What is the Relevance of Entrance Exams for Admissions to Undergraduate and Postgraduate Courses

EssayArgumentative Essay


By 9th or 10th grade, US students are expected to start preparing for college. They start taking enrichment classes or reviews to increase their SAT or ACT scores , as well as take on internships. College applications are known to be a stressful time for high school students. Apart from the pressure to get into a good school, these students are also stressed about the workload the application process entails. The majority of stress and pressure revolves around the college entrance exams, which will decide whether they can apply to college and to certain institutions. Similarly, college graduates who wish to pursue a postgraduate degree are also expected to spend time preparing for qualifying exams amid their theses and/or professional responsibilities, which are meant to help departments decide if the student is ready for postgraduate education. Although entrance exams and qualifying exams have been part of the college and postgraduate application process, their relevance and efficacy in assessing a candidate’s abilities and qualifications are increasingly becoming more questionable. This argumentative paper presents arguments supporting the stand that entrance and qualifying exams are an inadequate method for assessing a student’s qualifications because they are subject to socio-economic bias and reinforce exclusivity, income inequality, and systemic issues within the academe. 

Definition of Entrance Exam and Qualifying Exams

Entrance exams and qualifying exams are both requirements for students who wish to enter an institution, such as a college or university. Entrance exams are the requirement for high school students entering college while qualification exams are the requirement for college students or master’s graduates who wish to continue their postgraduate degree. Both exams are standardized to a certain extent. The college entrance exams are standardized at the national level, with only a few institutions offering assessment tests depending on the state. In contrast, qualifying exams for postgraduate degrees tend to differ per university and even department, though with some standard elements such as oral presentations in front of a panel.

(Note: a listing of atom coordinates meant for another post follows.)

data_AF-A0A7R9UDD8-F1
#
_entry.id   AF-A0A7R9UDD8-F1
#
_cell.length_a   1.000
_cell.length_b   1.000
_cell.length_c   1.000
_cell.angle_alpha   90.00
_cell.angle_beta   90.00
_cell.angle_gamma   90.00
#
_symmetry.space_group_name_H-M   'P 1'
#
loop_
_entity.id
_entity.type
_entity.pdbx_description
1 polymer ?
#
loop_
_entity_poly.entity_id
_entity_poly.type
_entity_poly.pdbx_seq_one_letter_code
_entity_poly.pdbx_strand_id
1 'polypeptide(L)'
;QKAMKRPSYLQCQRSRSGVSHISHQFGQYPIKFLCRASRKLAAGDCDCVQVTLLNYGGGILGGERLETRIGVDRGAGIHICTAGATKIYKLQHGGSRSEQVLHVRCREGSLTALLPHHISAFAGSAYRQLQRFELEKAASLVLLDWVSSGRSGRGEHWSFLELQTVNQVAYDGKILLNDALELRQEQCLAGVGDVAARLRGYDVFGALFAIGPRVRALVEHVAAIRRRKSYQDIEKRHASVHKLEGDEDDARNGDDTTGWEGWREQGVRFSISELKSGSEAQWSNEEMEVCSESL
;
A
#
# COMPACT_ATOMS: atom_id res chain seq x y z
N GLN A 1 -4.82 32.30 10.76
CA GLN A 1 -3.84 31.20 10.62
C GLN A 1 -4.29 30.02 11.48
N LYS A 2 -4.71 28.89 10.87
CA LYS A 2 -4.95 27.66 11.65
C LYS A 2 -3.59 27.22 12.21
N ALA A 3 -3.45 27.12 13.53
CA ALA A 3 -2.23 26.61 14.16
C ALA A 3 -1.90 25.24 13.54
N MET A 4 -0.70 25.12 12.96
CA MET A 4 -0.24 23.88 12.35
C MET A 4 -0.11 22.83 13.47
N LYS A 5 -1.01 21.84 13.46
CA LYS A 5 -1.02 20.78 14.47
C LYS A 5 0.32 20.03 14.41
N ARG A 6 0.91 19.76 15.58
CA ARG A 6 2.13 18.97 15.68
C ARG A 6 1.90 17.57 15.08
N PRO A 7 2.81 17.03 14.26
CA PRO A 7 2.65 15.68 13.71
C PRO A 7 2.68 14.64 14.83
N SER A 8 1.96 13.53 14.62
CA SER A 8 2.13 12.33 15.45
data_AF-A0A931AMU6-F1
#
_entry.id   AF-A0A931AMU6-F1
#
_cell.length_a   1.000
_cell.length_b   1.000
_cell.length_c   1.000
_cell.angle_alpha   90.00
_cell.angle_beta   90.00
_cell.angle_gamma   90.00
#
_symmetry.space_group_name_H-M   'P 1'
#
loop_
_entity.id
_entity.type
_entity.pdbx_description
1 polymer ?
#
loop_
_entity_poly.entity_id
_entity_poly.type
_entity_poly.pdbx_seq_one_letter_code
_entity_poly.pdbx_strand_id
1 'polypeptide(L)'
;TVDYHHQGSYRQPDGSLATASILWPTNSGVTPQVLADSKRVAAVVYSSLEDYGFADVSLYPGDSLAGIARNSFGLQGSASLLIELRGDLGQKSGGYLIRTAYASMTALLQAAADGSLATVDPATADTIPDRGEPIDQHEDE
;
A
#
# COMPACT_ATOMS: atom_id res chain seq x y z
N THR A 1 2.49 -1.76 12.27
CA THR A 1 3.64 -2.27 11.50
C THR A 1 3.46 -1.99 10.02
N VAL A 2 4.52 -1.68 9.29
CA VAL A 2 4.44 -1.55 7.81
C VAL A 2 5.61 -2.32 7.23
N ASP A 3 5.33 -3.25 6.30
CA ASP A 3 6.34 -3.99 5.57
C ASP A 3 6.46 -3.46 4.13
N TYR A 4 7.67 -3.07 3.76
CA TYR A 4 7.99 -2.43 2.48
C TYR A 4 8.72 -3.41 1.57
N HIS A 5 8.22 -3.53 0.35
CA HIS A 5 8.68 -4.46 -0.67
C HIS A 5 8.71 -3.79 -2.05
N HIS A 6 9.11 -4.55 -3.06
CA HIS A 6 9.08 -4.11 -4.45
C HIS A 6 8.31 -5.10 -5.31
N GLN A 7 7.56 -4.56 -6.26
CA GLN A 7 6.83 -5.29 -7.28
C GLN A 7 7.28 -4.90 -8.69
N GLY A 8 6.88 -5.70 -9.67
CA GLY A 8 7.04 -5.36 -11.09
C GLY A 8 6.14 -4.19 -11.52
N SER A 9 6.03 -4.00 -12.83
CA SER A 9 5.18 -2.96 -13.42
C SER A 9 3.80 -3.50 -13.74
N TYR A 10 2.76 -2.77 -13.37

Entrance and qualifying exams were established to allow institutions to assess a student’s abilities and chances of achieving university success . Test scores are often used to verify the truth in a student’s grades (The Times Editorial Board, 2021). These exams were established to serve as an objective way to assess a student’s readiness to enter a four-year college. Furthermore, it allows universities to choose the best and most suitable students that would enable them to uphold their values and standards of education. These exams are an efficient way to distinguish high-performing students with higher chances of success in college from among millions. 

Why Entrance Exam and Qualifying Exams Are No Longer Relevant